In the ensuing inquiries, South Yorkshire Police repeatedly attempted to cover up their own culpability and looks for ways in which the fans could be blamed. Unbelievably, police officers at the match had their subsequent statements doctored to remove passages that were unfavourable, their signatures forged, and the statements were pored over for evidence or patterns of drunken fans, violence, conspiracy amongst fans, and so on. To their negligence on the day they added a consistent corruption of the standards of public service. It utterly beggars belief.

The next untruth came at the inquest, and was concerned with the response of the emergency services. The first inquest found that by 3:15pm all 96 victims had either died or were already beyond saving. NOT TRUE. There is conclusive evidence of several fans who were still showing signs of life as late as 4pm, and some estimates have it that with a properly co-ordinated emergency response perhaps 41 of the lives lost could have been saved. One can perhaps understand the desire to comfort the relatives that their loved ones died relatively quickly, but the upshot of the 3:15pm ruling was that none of the actions taken after that time were properly considered by that first inquest to assess whether they may have contributed to the scale of the disaster.

What’s worse, the verdict of the inquest was “accidental death”. It was as if the family of a drunk driver’s victim had been told that it was just an accident. It let the police and others off the hook, and further delayed the time (which one hopes will soon come) when those responsible will be properly held to account.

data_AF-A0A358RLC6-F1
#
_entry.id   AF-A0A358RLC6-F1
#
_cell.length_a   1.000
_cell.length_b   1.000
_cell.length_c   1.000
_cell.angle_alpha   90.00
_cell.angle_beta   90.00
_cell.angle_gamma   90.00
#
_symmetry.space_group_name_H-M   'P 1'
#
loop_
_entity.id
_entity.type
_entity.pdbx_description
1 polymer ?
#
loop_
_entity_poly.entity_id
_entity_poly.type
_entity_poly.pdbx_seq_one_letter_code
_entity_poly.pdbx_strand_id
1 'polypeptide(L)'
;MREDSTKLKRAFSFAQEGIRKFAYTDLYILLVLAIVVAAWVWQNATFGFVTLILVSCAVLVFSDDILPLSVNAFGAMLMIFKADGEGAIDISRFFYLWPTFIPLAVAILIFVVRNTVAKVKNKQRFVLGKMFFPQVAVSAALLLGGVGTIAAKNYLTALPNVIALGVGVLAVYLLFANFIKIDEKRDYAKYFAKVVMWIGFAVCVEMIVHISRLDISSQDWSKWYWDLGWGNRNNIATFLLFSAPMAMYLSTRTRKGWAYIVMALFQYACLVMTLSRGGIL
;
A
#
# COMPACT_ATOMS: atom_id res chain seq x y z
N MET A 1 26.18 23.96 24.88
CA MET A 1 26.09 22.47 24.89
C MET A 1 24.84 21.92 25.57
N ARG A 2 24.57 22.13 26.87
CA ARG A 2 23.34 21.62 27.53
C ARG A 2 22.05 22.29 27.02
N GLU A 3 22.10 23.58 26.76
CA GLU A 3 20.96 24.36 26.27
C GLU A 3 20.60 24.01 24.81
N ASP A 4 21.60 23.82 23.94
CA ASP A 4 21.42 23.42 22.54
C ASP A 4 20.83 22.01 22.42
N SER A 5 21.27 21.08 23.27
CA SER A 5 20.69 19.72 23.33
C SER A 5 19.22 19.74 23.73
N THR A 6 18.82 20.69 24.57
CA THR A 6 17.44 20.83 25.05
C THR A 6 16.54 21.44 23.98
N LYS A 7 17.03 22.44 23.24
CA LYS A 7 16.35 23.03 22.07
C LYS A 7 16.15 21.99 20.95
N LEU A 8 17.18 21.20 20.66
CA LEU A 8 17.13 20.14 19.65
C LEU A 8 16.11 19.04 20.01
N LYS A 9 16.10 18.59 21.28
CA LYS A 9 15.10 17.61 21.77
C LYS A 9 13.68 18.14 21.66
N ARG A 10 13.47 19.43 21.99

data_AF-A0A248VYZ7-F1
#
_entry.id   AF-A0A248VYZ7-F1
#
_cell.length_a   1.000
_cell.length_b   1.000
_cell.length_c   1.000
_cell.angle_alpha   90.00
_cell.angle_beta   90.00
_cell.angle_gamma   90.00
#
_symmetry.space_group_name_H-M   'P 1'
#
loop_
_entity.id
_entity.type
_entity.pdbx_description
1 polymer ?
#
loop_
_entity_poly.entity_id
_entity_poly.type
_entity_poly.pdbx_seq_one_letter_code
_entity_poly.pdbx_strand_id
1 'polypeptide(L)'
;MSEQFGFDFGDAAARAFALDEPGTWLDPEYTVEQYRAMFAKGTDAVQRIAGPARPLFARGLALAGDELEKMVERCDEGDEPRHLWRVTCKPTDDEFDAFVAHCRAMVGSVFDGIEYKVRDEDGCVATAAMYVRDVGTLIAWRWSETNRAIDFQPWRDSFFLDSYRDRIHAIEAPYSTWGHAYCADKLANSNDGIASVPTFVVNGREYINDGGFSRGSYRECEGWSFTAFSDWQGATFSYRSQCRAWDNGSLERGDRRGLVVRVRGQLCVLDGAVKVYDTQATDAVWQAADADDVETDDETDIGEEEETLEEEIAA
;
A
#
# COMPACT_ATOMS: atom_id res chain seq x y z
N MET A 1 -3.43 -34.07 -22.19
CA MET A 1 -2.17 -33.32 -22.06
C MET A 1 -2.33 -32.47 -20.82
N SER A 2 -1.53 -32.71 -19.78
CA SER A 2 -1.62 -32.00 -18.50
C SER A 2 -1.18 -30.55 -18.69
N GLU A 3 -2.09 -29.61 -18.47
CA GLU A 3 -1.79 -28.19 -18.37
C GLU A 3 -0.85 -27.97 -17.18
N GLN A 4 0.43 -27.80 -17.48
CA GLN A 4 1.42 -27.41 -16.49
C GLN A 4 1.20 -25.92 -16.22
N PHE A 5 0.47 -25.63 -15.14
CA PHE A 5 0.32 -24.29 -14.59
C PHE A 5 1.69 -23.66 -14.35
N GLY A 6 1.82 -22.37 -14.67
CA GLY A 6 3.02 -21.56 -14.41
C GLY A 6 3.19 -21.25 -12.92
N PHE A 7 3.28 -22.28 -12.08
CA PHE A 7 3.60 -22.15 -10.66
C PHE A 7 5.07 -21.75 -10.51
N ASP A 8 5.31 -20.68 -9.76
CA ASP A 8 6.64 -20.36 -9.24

For 27 years, a timespan longer than the lives of most of those who died, the families of the deceased, the fans, and the whole city of Liverpool have campaigned to have the truth officially acknowledged. The many lies that were spread, the endless attempts by South Yorkshire Police at every stage to return to their “drunken fans” narrative, the taunts from opposition fans (including banners displayed on bridges when Liverpool fans travelled to Manchester), one inquiry after another failing to tell the full truth of what happened and who was really responsible. Liverpool’s local rivals Everton have earned the undying respect of their neighbours for their steadfast support, and only in a city as great, as stubborn, as solid as Liverpool, could this fight have continued so long, with such tirelessness, with such dignity. 

One can pinpoint the precise moment the dam burst. At Anfield, at the service marking the 20th anniversary of the disaster, sports minister (and Everton fan) Andy Burnham was called upon to make a speech on behalf of the Government. He made a somewhat formulaic speech, getting as far as “Today … we can at least pledge that 96 fellow football supporters who died will never be forgotten”